What is a Holistic Nutritionist?
characterized by comprehension of the parts of something as intimately interconnected and explicable only by reference to the whole.
characterized by the treatment of the whole person, taking into account mental and social factors, rather than just the physical symptoms of a disease.
Source: Google Dictionary
The term “nutritionist” can be tricky, because one can be referred to as a nutritionist with little education. This is why it is important to ensure you're working with a professional who is registered as either a Certified Nutritional Practitioner (CNP) or a Registered Holistic Nutrition Practitioner (RHNP).
The professional organizations that provide holistic nutritionists with their registered status are there for YOU, the client. They ensure that the individual you choose to work with has received a very stringent quality of education. RHNPs receive rigorous training in holistic nutrition and health to the tune of over 2,000 hours. Since new information is constantly being discovered in the world of nutrition and health, RHNPs must also commit to continuing education as part of their certified status.
Will my insurance cover Holistic Nutrition services?
It depends on the Insurance company, and this is constantly changing. More and more companies are starting to cover Holistic Nutrition services because demand for them is increasing. I would recommend checking with your Insurance company to see if it is an accepted service for use with your Healthcare Spending Account.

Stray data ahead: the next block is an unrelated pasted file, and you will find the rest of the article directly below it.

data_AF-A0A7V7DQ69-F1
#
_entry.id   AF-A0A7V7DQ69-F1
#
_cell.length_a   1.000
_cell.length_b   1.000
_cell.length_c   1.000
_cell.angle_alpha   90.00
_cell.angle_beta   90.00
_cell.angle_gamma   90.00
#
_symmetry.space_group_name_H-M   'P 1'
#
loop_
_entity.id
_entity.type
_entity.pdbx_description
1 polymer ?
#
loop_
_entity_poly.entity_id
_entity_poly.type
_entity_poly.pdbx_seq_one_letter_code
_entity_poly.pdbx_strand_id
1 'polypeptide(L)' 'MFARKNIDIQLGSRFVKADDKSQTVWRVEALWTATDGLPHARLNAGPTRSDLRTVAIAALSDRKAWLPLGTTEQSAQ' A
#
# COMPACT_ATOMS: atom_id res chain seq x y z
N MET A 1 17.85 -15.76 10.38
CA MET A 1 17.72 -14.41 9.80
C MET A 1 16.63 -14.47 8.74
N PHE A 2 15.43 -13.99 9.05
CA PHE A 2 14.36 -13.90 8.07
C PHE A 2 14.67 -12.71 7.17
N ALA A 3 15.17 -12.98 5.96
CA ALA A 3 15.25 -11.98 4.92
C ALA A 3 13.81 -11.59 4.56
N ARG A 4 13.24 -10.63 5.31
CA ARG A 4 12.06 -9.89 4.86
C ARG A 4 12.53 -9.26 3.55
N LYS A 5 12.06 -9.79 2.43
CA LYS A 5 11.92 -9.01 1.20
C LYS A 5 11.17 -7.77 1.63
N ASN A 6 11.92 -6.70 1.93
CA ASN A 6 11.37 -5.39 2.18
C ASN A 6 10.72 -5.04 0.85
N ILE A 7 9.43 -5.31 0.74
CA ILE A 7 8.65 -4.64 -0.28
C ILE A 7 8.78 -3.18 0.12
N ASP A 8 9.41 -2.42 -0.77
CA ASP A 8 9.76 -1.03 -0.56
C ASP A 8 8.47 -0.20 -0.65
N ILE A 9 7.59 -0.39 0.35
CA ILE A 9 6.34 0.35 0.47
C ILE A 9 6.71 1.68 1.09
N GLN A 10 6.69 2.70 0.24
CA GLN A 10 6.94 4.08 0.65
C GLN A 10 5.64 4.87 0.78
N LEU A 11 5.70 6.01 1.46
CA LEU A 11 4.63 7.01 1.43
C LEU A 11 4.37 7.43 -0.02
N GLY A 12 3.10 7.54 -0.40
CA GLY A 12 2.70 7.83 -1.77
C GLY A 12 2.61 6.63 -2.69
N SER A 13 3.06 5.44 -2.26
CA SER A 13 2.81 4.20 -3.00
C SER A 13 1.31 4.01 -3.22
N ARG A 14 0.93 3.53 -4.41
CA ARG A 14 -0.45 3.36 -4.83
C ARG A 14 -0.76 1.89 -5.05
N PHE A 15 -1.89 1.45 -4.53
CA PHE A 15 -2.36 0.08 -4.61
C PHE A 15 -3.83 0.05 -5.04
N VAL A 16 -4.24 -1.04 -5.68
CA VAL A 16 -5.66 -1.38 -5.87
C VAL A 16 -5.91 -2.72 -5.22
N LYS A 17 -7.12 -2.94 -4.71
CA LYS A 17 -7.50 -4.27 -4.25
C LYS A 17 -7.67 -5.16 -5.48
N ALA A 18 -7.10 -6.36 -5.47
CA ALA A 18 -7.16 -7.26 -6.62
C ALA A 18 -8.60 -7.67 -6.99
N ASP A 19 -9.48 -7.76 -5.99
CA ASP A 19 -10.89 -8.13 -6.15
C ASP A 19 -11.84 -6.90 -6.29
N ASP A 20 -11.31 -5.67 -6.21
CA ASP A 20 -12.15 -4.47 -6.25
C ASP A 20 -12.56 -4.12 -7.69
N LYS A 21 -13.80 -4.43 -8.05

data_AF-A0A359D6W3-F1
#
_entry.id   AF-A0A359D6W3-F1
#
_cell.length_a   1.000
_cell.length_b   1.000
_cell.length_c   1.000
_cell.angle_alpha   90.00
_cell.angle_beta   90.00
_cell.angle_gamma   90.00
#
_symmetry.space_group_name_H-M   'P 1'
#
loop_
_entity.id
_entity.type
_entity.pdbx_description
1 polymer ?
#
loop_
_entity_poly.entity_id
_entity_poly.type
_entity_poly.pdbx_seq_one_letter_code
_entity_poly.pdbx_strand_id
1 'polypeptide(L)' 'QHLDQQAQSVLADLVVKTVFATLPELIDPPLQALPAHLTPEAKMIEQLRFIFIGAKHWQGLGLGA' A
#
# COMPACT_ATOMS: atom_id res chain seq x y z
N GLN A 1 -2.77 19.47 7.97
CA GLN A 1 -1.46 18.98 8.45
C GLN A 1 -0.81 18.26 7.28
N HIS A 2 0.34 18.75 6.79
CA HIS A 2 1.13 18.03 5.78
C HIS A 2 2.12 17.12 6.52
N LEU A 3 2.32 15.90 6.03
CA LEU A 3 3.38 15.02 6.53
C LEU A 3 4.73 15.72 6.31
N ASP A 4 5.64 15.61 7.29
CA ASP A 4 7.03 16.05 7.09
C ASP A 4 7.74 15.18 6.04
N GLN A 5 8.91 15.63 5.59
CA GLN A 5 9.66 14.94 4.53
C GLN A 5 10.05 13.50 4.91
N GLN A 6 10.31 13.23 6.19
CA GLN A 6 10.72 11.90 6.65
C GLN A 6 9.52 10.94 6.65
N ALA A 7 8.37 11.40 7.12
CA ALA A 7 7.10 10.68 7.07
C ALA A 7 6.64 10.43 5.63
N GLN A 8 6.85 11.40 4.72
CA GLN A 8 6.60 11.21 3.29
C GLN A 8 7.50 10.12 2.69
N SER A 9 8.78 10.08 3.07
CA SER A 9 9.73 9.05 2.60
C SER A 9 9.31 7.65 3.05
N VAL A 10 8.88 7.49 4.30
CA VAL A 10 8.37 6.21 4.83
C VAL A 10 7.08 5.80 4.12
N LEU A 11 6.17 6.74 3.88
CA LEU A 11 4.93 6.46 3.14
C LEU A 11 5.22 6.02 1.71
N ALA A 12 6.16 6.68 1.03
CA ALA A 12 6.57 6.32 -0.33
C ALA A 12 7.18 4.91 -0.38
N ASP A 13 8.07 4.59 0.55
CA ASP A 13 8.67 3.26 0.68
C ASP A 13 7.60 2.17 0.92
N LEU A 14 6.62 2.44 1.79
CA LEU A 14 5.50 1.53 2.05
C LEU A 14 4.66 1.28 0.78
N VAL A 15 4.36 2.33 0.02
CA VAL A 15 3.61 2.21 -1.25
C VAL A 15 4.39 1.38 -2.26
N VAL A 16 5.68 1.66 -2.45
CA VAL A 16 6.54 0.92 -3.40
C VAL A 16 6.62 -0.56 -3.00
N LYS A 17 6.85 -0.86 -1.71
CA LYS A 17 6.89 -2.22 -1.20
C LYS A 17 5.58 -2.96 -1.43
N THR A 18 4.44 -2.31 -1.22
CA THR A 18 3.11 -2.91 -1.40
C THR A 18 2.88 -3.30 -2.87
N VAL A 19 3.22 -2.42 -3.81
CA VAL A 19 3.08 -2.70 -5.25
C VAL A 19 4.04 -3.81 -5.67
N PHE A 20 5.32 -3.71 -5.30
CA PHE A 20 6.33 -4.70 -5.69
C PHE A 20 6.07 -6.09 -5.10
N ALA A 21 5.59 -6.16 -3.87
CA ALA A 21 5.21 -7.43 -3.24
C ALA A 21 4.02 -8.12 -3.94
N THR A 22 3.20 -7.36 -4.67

What is the difference between a Dietitian and a Holistic Nutritionist?
I have been lucky enough to study a bit of both of these specialties, because back in 2010-2012 I was enrolled at Mount Saint Vincent University with the intent of becoming a Dietitian. This was when my husband Ryan was given a military posting that involved moving across the country, and I was unable to finish my studies via distance education (That's a whole other story in itself!). 5 years later with a new home, a baby and the dream of working in the Nutrition industry still on my heart, I discovered Holistic Nutrition. I went on to earn my diploma and never looked back.
Registered Dietitians hold University degrees and they go through rigorous training including the completion of an internship, but they differ somewhat in philosophy and technique with clients. Many dietitians focus on caloric intake and Canada's Food Guide (although more and more are open to an individualized approach!) while a Registered Holistic Nutrition Practitioner will concentrate on how the body biochemically reacts to the absorption, digestion and assimilation of food. The RHNP’s approach to diet and lifestyle is developed according to what is best for each unique individual as opposed to the standard recommendation for the general public or for all people experiencing a particular health concern. Rather than strictly advocating a pyramid or food group-style diet, the RHNP determines the healthiest and most effective program for an individual according to the latest nutrition research and the unique biochemical make-up of the client.
While many dietitians do still support clients on a 1:1 basis, they may also work in hospital and therapeutic settings to manage food services, treat patient symptoms, and to work with those who require tube feeding. A holistic nutritionist generally works 1:1 with clients and focuses on the individual as a whole, including all aspects of health; diet, lifestyle, emotional, and spiritual, while also trying to get the bottom of the root cause of the client's issues.
I personally believe that BOTH Dietitians and Holistic Nutritionists hold a very important space in the wellness world, they simply tend to hold a slightly different philosophy. Ultimately, both want what is best for you!
I believe that only YOU, the client, can truly know whether a Dietitian or a Holistic Nutritionist is right for you.